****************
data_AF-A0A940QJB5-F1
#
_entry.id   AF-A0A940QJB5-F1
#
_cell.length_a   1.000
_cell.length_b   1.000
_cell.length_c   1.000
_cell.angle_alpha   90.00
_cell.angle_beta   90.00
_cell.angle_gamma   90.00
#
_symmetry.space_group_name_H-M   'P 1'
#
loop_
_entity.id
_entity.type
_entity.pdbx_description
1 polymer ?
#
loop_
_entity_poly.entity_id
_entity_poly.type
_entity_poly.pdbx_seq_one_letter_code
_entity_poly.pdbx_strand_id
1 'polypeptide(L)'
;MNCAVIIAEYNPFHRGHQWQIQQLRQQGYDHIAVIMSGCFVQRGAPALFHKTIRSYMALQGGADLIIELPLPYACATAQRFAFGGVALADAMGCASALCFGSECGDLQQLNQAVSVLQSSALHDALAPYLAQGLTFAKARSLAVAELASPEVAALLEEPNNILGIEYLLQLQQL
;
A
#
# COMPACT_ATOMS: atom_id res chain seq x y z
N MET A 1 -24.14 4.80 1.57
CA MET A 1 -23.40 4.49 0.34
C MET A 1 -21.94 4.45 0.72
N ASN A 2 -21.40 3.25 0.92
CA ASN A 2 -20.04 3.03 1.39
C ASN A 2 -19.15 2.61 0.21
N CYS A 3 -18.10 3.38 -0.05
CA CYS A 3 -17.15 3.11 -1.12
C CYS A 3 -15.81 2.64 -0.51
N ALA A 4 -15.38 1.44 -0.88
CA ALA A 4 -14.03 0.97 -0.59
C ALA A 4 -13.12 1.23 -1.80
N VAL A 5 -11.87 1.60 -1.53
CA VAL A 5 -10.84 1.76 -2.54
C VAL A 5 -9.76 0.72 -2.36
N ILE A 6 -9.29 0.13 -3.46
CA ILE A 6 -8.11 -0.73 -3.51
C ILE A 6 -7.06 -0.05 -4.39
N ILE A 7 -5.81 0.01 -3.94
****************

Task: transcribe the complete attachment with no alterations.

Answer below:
data_AF-A0A940QJB5-F1
#
_entry.id   AF-A0A940QJB5-F1
#
_cell.length_a   1.000
_cell.length_b   1.000
_cell.length_c   1.000
_cell.angle_alpha   90.00
_cell.angle_beta   90.00
_cell.angle_gamma   90.00
#
_symmetry.space_group_name_H-M   'P 1'
#
loop_
_entity.id
_entity.type
_entity.pdbx_description
1 polymer ?
#
loop_
_entity_poly.entity_id
_entity_poly.type
_entity_poly.pdbx_seq_one_letter_code
_entity_poly.pdbx_strand_id
1 'polypeptide(L)'
;MNCAVIIAEYNPFHRGHQWQIQQLRQQGYDHIAVIMSGCFVQRGAPALFHKTIRSYMALQGGADLIIELPLPYACATAQRFAFGGVALADAMGCASALCFGSECGDLQQLNQAVSVLQSSALHDALAPYLAQGLTFAKARSLAVAELASPEVAALLEEPNNILGIEYLLQLQQL
;
A
#
# COMPACT_ATOMS: atom_id res chain seq x y z
N MET A 1 -24.14 4.80 1.57
CA MET A 1 -23.40 4.49 0.34
C MET A 1 -21.94 4.45 0.72
N ASN A 2 -21.40 3.25 0.92
CA ASN A 2 -20.04 3.03 1.39
C ASN A 2 -19.15 2.61 0.21
N CYS A 3 -18.10 3.38 -0.05
CA CYS A 3 -17.15 3.11 -1.12
C CYS A 3 -15.81 2.64 -0.51
N ALA A 4 -15.38 1.44 -0.88
CA ALA A 4 -14.03 0.97 -0.59
C ALA A 4 -13.12 1.23 -1.80
N VAL A 5 -11.87 1.60 -1.53
CA VAL A 5 -10.84 1.76 -2.54
C VAL A 5 -9.76 0.72 -2.36
N ILE A 6 -9.29 0.13 -3.46
CA ILE A 6 -8.11 -0.73 -3.51
C ILE A 6 -7.06 -0.05 -4.39
N ILE A 7 -5.81 0.01 -3.94